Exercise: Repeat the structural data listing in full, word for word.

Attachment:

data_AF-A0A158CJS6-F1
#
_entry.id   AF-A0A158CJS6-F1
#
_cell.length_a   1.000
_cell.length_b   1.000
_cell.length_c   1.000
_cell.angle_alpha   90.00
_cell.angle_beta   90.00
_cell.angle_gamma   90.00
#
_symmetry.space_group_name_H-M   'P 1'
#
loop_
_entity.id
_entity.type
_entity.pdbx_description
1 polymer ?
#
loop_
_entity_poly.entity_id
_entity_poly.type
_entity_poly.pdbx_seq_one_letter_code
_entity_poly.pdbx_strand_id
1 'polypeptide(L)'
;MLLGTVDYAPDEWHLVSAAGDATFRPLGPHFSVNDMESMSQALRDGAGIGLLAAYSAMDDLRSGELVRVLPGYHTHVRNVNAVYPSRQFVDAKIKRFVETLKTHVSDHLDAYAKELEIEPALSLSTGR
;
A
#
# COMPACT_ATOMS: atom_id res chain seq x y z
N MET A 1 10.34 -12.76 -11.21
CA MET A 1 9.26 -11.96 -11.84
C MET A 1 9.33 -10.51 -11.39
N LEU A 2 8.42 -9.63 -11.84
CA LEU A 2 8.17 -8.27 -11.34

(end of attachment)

data_AF-A0A158CJS6-F1
#
_entry.id   AF-A0A158CJS6-F1
#
_cell.length_a   1.000
_cell.length_b   1.000
_cell.length_c   1.000
_cell.angle_alpha   90.00
_cell.angle_beta   90.00
_cell.angle_gamma   90.00
#
_symmetry.space_group_name_H-M   'P 1'
#
loop_
_entity.id
_entity.type
_entity.pdbx_description
1 polymer ?
#
loop_
_entity_poly.entity_id
_entity_poly.type
_entity_poly.pdbx_seq_one_letter_code
_entity_poly.pdbx_strand_id
1 'polypeptide(L)'
;MLLGTVDYAPDEWHLVSAAGDATFRPLGPHFSVNDMESMSQALRDGAGIGLLAAYSAMDDLRSGELVRVLPGYHTHVRNVNAVYPSRQFVDAKIKRFVETLKTHVSDHLDAYAKELEIEPALSLSTGR
;
A
#
# COMPACT_ATOMS: atom_id res chain seq x y z
N MET A 1 10.34 -12.76 -11.21
CA MET A 1 9.26 -11.96 -11.84
C MET A 1 9.33 -10.51 -11.39
N LEU A 2 8.42 -9.63 -11.84
CA LEU A 2 8.17 -8.27 -11.34